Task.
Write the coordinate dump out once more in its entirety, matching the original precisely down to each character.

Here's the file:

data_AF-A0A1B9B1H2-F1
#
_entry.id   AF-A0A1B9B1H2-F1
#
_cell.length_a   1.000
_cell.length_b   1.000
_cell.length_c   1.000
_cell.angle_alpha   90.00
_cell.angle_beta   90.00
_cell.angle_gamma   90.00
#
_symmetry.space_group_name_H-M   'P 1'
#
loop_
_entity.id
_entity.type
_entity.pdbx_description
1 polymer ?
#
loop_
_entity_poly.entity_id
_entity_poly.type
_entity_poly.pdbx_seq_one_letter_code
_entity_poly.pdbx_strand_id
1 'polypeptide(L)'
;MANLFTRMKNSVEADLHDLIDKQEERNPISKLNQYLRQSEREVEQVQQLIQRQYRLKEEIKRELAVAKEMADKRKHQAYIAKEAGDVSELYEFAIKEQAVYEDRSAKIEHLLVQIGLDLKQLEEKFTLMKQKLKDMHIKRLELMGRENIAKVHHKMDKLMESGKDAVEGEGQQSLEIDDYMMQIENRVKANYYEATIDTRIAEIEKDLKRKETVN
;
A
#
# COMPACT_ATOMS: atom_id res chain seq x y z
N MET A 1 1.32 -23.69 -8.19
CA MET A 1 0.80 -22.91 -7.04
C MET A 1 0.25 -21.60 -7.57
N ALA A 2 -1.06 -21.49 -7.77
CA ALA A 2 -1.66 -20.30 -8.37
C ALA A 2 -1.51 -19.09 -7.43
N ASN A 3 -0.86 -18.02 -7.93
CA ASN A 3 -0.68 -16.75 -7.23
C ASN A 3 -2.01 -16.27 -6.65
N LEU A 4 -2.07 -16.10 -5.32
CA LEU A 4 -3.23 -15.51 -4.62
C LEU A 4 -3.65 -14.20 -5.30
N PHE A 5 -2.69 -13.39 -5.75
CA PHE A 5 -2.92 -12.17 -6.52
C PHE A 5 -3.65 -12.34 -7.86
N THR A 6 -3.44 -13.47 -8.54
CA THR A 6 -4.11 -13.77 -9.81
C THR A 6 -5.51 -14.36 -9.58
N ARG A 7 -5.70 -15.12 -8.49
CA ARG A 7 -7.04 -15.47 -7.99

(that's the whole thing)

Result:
data_AF-A0A1B9B1H2-F1
#
_entry.id   AF-A0A1B9B1H2-F1
#
_cell.length_a   1.000
_cell.length_b   1.000
_cell.length_c   1.000
_cell.angle_alpha   90.00
_cell.angle_beta   90.00
_cell.angle_gamma   90.00
#
_symmetry.space_group_name_H-M   'P 1'
#
loop_
_entity.id
_entity.type
_entity.pdbx_description
1 polymer ?
#
loop_
_entity_poly.entity_id
_entity_poly.type
_entity_poly.pdbx_seq_one_letter_code
_entity_poly.pdbx_strand_id
1 'polypeptide(L)'
;MANLFTRMKNSVEADLHDLIDKQEERNPISKLNQYLRQSEREVEQVQQLIQRQYRLKEEIKRELAVAKEMADKRKHQAYIAKEAGDVSELYEFAIKEQAVYEDRSAKIEHLLVQIGLDLKQLEEKFTLMKQKLKDMHIKRLELMGRENIAKVHHKMDKLMESGKDAVEGEGQQSLEIDDYMMQIENRVKANYYEATIDTRIAEIEKDLKRKETVN
;
A
#
# COMPACT_ATOMS: atom_id res chain seq x y z
N MET A 1 1.32 -23.69 -8.19
CA MET A 1 0.80 -22.91 -7.04
C MET A 1 0.25 -21.60 -7.57
N ALA A 2 -1.06 -21.49 -7.77
CA ALA A 2 -1.66 -20.30 -8.37
C ALA A 2 -1.51 -19.09 -7.43
N ASN A 3 -0.86 -18.02 -7.93
CA ASN A 3 -0.68 -16.75 -7.23
C ASN A 3 -2.01 -16.27 -6.65
N LEU A 4 -2.07 -16.10 -5.32
CA LEU A 4 -3.23 -15.51 -4.62
C LEU A 4 -3.65 -14.20 -5.30
N PHE A 5 -2.69 -13.39 -5.75
CA PHE A 5 -2.92 -12.17 -6.52
C PHE A 5 -3.65 -12.34 -7.86
N THR A 6 -3.44 -13.47 -8.54
CA THR A 6 -4.11 -13.77 -9.81
C THR A 6 -5.51 -14.36 -9.58
N ARG A 7 -5.70 -15.12 -8.49
CA ARG A 7 -7.04 -15.47 -7.99